it is important to know you are actually measuring engine temperature properly, or else nothing else you do with fix the false overheat indication. if you are not sure you can buy a cheap after market gauge at an auto parts store and install it temporarily just to verify that the engine temperature is indeed going up. Usually the factory temp gauge is reliable, if it does not work it would be the sensor at the front of the engine.

good luck
'87 Tercel 4wd SR5 (current engine swap project)
'84 Tercel 4wd (daily driver, with on going mods)
'92 Mazda MPV 4wd (wife's daily driver)
'85 Tercel 4wd DLX auto(daughter's daily driver)
'01 Honda Civic (other daughter's daily driver)

wild scallion
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Re: overheating by vacuum?

Post by wild scallion » Thu Jan 30, 2020 1:38 am

dlb, the donor motor was in "good enough" working order (subjective, of course!) prior to the transplant. Something new is amiss.
Vac can affect timing, which can affect temp, correct? Vac is just such a genie situation to me...

chris, fan Does function, via the unplug test. Just never kicks on.

Petros, wiring could definitely be a wild card, whether intentionally deleted over time, or just bad wires here and there. I was pretty careful not to wire it back together any different than it was, for what thats worth, but I like the idea of swapping sensors. I should really re-swap the valve cover too, it has one different component which I haven't spent time to ID, the circular guy just aft of (and part of) the cover, with vac lines, the donor does not have this piece at all. I will try the sensor ground-test as well.

Thanks, all. will report findings for closure. And probably spend time reading about webers...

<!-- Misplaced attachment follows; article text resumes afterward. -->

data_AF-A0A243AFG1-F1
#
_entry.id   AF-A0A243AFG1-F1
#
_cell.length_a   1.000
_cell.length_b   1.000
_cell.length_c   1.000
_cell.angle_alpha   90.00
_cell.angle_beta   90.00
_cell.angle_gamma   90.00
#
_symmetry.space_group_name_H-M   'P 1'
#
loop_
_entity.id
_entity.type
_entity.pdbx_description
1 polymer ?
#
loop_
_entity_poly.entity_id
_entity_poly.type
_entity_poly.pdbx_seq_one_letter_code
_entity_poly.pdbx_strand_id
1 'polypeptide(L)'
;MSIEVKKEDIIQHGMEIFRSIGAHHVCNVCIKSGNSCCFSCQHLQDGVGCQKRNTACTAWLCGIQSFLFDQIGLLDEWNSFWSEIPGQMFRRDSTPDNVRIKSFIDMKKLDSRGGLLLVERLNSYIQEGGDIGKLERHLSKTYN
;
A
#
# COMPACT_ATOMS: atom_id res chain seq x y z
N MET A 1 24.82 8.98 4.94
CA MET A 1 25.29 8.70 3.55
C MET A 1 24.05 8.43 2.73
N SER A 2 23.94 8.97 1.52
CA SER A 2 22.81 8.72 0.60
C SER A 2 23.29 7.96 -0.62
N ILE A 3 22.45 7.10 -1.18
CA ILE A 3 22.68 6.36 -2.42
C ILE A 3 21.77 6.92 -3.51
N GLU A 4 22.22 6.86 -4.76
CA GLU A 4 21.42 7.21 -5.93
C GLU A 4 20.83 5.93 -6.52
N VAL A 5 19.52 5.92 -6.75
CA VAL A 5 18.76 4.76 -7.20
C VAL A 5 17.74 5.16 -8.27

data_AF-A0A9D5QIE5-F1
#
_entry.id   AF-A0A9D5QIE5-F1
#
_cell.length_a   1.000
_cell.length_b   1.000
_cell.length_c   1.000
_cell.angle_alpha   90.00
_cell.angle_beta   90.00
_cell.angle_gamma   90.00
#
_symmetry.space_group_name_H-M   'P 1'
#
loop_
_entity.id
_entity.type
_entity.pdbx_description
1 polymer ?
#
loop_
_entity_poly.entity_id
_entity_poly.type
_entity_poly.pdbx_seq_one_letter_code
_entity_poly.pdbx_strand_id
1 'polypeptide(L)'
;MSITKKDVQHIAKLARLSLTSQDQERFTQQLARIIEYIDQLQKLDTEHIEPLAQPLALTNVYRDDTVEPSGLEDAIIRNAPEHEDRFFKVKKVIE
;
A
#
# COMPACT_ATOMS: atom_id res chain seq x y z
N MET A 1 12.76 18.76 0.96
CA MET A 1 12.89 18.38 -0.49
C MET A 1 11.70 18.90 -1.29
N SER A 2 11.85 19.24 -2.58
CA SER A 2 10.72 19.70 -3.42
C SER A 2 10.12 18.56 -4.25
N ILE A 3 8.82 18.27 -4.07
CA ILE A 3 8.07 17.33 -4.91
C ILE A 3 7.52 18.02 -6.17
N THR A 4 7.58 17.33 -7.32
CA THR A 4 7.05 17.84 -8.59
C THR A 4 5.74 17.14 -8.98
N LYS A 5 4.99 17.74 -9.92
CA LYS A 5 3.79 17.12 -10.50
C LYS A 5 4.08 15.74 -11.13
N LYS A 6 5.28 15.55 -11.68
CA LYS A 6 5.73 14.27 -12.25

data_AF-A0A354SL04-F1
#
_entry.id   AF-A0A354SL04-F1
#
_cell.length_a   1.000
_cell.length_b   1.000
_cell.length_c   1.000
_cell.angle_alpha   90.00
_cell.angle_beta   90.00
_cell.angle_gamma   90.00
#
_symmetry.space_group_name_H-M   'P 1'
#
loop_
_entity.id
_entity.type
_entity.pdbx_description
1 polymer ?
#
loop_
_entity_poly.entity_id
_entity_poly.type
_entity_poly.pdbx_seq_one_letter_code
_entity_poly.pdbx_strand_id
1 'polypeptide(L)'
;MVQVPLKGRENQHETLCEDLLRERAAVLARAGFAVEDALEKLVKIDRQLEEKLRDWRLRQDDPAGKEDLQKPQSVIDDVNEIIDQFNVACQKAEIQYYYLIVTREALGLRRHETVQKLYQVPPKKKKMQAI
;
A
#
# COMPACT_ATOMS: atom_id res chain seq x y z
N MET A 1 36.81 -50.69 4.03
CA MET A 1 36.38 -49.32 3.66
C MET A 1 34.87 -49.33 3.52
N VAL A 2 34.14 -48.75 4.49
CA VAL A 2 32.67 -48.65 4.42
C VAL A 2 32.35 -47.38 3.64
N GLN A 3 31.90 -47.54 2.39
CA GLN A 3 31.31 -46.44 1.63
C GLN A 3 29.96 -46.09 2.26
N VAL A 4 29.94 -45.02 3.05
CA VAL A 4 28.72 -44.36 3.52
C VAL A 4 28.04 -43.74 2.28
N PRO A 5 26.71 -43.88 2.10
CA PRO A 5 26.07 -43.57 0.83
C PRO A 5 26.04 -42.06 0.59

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dlb
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Re: overheating by vacuum?

Post by dlb » Thu Jan 30, 2020 9:20 am

Vacuum advances the timing at idle and partial throttle, but not enough to make the engine overheat. It would run like crap long before you'd notice any temperature anomalies.

I like Petros' idea of testing the gauge before doing anything else.

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NWMO
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Re: overheating by vacuum?

Post by NWMO » Thu Jan 30, 2020 11:35 am

I like Petros' idea of testing the gauge before doing anything else.
x 2

If you still have your old temp sending unit, you might give it a try as well (unless you already swapped it). It seems after my rebuild I experienced higher temps right out of the gate and found the cooling system was not full. I kept topping it off after shorter test drives and the problem took care of itself. Better safe than sorry though, but I would try to confirm you are actually running hot.

Chris
Psalm 37:4 "Delight yourself in the Lord and he will give you the desires of your heart"

In remembrance of my friend ARCHINSTL:

T4WD augury?
"Oh, do not ask, 'What is it?' Let us go and make our visit."
T.S. Eliot - "The Love Song of J. Alfred Prufrock"

"Now and then we had a hope that, if we lived and were good, God would permit us to be pirates."
Mark Twain

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marlinh
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Re: overheating by vacuum?

Post by marlinh » Mon Feb 03, 2020 2:32 pm

The fan switch in the bottom of the radiator has to sense a certain temperature to turn on the fan. From what you describe, it doesn't sound like coolant is circulating. The thermostat needs to open and hot coolant reach the sensor. You may have two defective thermostats. You didn't mention if the cooling system was bled after your engine swap. The best way to test your system is with a handheld heat gun. Then you can be absolutely sure of the temps you are seeing. You may also have a defective rad cap if you have not seen any coolant exchange in the reservoir. There is a separate valve in the cap for that, you did say it was holding pressure. I have had several cars over the years and have seen weird things happen with the gauges. Jumpy, sticky etc. Please keep us posted.